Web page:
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DVT and sleeping pills

July 28th, 2010

Many travellers are desperate to sleep on the aircraft, but many don‘t understand the risk they are taking if they take a sleeping pill. It seems so simple to just take a sleeping pill. They want to sleep and avoid the discomfort of the flight. They want to just wake and it all be over. Sadly, on an aircraft, it is good for you to be uncomfortable. It is not healthy to sleep in the sitting position. When you are uncomfortable you move around, rise from your chair for a walk, go for a drink etc. This keeps the blood flowing, and stops clots forming.Great to get some publicity, on the need to avoid sleeping pills on aircraft. (For the record, I told the journalist I was from the Travel Medicine Alliance.)


from a traveller who had a DVT.


“I got on the plane very dehydrated after a bit of partying, and was really tired so I just slept for 8 hours. When I woke up I just thought one of my legs was a bit stiff”



Prolonged sitting leads to a blood clot (thrombosis) forming in the deep veins of the calf, upper leg or even pelvis – hence the term DVT (Deep Vein Thrombosis). This may occur just as easily in business or first class travel as in economy class. It can occur after prolonged travel on a train, bus, car or aircraft.

A DVT is more likely in persons

  • travelling more than 12 hours,
  • those over 50 years of age,
  • those with a tendency to clot,
  • persons with cancer, or
  • persons recently hospitalised or with a leg in plaster.
Not all DVT’s lead to pulmonary embolism. The symptoms of DVT range from nothing at all, to a mild soreness or swelling in one leg. Serious problems occur when a piece of the clot breaks off and is swept via the circulation to the lungs – this is called a pulmonary embolism.
If this clot is large,it can block the blood supply to the heart and be fatal. In October 2000 the media publicized the case of a young woman who suffered this rare event: She died from pulmonary embolism after a flight from Sydney to London.
DVT is a very rare cause of death in travellers; however, even small clots can damage the lungs permanently and mean you have to take long term anti-clotting drugs, which disrupts your lifestyle and exercise tolerance.
So what can you do?
Think of …. W. A. L. C.
Water – Drink plenty during the journey. The air in a plane is very drying. One glass of liquid every hour will help maintain your body fluids. Fruit juice and water are best. Avoid fizzy drinks: low cabin air pressure makes the gas in your stomach expand by up to 20%, which will make you to feel bloated.
Activity – Exercise your legs and walk around the plane when possible. Exercise also helps prevent swollen feet. Exercise is especially important if you are pregnant.
Luggage – It must not press on the back of your legs. Remove bulky objects from your back pocket. Put a pillow in the small of your back. Crossing your legs interferes with the circulation and puts uneven strain on different parts of the body so minimise this if you can.
Compression stockings should be worn if prescribed, especially if you are over 50 years of age, or you have any increased risk of clotting.
Aspirin has been shown to stop arterial clotting, and heart attacks in persons with known cardiovascular disease in low daily doses, but its effectiveness at preventing clots in veins is not proven. It is not routinely recommended for air travel: the risks of side effects (e.g. bleeding in the gut, asthma) are greater than the benefit.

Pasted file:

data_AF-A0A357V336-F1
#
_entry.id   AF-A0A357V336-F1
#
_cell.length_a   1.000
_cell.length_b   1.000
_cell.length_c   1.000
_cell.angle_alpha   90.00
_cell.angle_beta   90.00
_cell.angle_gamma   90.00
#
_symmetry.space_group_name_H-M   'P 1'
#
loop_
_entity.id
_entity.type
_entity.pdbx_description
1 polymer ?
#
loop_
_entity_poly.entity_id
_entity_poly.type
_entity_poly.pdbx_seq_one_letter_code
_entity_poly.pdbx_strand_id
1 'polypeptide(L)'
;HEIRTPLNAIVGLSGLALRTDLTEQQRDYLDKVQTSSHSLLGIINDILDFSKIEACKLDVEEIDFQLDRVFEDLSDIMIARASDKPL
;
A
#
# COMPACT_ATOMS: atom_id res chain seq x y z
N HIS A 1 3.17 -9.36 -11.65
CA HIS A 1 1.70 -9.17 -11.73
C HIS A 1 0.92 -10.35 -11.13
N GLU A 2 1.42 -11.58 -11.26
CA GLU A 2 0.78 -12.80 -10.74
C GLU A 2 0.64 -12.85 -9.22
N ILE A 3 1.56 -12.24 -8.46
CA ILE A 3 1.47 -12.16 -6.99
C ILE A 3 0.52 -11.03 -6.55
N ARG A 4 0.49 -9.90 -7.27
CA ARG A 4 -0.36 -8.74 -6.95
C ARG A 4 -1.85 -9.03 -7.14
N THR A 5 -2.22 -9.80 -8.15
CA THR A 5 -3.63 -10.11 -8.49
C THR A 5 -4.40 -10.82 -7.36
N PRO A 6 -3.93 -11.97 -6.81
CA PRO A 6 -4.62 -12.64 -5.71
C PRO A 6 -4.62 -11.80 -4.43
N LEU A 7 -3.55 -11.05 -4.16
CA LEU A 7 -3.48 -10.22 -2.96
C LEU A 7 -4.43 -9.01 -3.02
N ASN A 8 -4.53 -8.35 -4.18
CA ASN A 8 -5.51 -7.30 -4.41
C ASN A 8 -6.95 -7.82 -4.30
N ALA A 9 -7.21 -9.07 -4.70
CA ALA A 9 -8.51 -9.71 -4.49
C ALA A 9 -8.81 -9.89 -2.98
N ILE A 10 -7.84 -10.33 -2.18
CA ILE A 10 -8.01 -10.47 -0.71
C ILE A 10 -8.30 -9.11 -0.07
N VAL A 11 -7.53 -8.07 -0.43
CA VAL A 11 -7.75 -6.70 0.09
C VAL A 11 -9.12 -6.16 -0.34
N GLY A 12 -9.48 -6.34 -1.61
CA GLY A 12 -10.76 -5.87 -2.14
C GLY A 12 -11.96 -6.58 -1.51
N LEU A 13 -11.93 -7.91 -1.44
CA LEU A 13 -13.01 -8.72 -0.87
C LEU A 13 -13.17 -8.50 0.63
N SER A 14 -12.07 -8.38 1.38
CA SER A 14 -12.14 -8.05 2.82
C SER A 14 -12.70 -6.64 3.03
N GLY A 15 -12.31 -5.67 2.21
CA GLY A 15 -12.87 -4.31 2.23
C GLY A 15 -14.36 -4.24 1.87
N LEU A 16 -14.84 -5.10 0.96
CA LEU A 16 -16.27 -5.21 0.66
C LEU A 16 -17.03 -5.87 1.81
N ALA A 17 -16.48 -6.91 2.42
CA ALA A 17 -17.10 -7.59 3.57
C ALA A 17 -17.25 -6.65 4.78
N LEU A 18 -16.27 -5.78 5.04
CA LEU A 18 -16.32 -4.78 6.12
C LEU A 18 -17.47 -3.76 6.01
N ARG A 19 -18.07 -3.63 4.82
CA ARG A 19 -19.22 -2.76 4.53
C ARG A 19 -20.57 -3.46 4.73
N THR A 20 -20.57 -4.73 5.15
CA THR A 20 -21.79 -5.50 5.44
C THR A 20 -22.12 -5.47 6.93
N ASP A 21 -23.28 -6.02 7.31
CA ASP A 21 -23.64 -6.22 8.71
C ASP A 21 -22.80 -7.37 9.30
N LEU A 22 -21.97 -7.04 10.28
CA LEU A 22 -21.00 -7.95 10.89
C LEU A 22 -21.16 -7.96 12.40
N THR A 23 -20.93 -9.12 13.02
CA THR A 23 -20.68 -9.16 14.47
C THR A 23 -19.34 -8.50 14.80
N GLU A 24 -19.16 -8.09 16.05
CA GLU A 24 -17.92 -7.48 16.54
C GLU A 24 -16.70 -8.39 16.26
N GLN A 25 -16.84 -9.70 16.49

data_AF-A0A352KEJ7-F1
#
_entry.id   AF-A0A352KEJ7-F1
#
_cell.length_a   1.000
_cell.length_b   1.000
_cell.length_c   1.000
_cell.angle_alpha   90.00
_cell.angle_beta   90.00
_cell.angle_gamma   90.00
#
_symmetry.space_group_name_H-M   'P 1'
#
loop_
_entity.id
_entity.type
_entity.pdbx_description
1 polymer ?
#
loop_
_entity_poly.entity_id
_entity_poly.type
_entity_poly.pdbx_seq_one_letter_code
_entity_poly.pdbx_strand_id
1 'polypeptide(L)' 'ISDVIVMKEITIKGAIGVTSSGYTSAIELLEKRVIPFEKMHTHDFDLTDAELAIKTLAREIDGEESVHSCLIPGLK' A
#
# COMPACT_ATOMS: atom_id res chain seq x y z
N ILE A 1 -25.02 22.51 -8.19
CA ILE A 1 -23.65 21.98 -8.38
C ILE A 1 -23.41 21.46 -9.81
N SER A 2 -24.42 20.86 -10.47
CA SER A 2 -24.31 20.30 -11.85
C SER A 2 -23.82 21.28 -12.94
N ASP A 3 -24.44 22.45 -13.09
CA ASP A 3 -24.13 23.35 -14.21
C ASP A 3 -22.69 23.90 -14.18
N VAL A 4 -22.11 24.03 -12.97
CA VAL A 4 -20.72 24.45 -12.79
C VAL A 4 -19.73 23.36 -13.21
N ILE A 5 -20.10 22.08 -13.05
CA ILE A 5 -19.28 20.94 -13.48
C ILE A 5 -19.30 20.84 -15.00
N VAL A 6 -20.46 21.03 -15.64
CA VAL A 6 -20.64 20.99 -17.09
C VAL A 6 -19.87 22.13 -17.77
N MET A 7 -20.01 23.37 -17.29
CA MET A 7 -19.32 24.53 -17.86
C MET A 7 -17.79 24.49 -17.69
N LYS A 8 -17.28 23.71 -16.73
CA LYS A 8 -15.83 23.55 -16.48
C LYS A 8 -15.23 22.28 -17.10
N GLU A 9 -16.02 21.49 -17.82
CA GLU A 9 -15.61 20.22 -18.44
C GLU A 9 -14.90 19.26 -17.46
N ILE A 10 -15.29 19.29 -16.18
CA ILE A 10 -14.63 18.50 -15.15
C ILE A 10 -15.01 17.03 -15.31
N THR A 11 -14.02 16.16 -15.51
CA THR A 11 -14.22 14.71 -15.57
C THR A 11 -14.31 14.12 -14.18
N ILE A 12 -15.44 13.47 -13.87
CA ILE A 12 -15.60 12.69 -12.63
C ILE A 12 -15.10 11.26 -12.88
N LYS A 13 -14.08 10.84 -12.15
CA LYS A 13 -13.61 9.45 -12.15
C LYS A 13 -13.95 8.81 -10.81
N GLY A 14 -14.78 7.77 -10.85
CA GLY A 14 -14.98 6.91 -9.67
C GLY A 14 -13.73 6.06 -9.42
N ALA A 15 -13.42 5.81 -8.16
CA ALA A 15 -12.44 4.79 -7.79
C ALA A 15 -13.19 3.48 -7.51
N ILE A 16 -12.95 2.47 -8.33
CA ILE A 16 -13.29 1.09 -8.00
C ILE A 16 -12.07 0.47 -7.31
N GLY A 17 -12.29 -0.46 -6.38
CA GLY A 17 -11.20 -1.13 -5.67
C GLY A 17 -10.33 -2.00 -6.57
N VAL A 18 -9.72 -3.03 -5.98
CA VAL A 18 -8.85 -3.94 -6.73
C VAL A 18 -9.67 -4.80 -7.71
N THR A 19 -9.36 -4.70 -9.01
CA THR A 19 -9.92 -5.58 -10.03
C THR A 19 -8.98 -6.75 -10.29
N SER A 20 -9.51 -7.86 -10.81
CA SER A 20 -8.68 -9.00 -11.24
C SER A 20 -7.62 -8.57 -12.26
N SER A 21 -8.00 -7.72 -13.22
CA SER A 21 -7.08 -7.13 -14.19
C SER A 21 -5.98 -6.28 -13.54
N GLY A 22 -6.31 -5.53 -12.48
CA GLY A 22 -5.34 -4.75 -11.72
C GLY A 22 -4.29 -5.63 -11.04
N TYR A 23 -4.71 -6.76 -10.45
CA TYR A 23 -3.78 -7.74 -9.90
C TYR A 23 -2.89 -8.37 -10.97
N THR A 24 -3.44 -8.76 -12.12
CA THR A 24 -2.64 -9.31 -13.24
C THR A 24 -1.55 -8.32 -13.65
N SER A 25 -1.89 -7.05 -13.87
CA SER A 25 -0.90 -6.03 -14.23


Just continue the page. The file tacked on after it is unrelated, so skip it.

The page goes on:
Many people ask about DVT and varicose veins
There are two types of veins in your leg – deep veins running inside the calf muscle and surface veins running just under the skin, on top of the muscle. It is the clot in the deep veins that are serious. If a surface vein becomes permanently dilated or swollen, it is known as a varicose vein. Varicose veins may swell after a long flight. You can sometimes feel a clot in these surface veins – it feels like a hard lump in the vein: a clot in the surface veins is usually harmless.
Not all compressions stockings are the same
Compression stockings prevent general leg swelling (oedema) and also Deep Vein Thrombosis. Usually class 1 rated compression stockings (18-21mm) to the knee are recommended. Class 2 rated stockings (23-32mm) may be recommended for persons at higher risk. Wear rubber dishwashing gloves to make it easier to put them on. Stockings should feel comfortable once they are in place.
Alcohol and food in moderation
Excessive alcohol or caffeine will make in-flight dehydration worse. Also alcohol tends to immobilise one, and so perhaps increases your risk of thrombosis. The boredom factor does make eating entertaining, but of course your body needs less food than normal, when you are just sitting.
An eye mask may be useful to block light. A travel pillow will reduce neck strain from sleeping upright. Familiar (gentle) music may help.
Sleeping tablets
As noted above, sleeping tablets are not recommended on aircraft, since they tend to immobilise you and increase your risk of thrombosis.
In flight exercises
Follow the instructions given on the plane. One of the most important exercises is to reach for another glass of water!

2 Responses to “DVT and sleeping pills”

  1. Chuck says:

    Wow! This is a bit scary. I didn’t realize that you could get a blood clot just from taking a long flight. Thanks for the information, and I’ll definitely remember to get up and move when travelling!

  2. Wow! I never knew that DVT can be so bad. I serisouly thought you just get a stiff leg and that’s it.

    Thanks for the insight!


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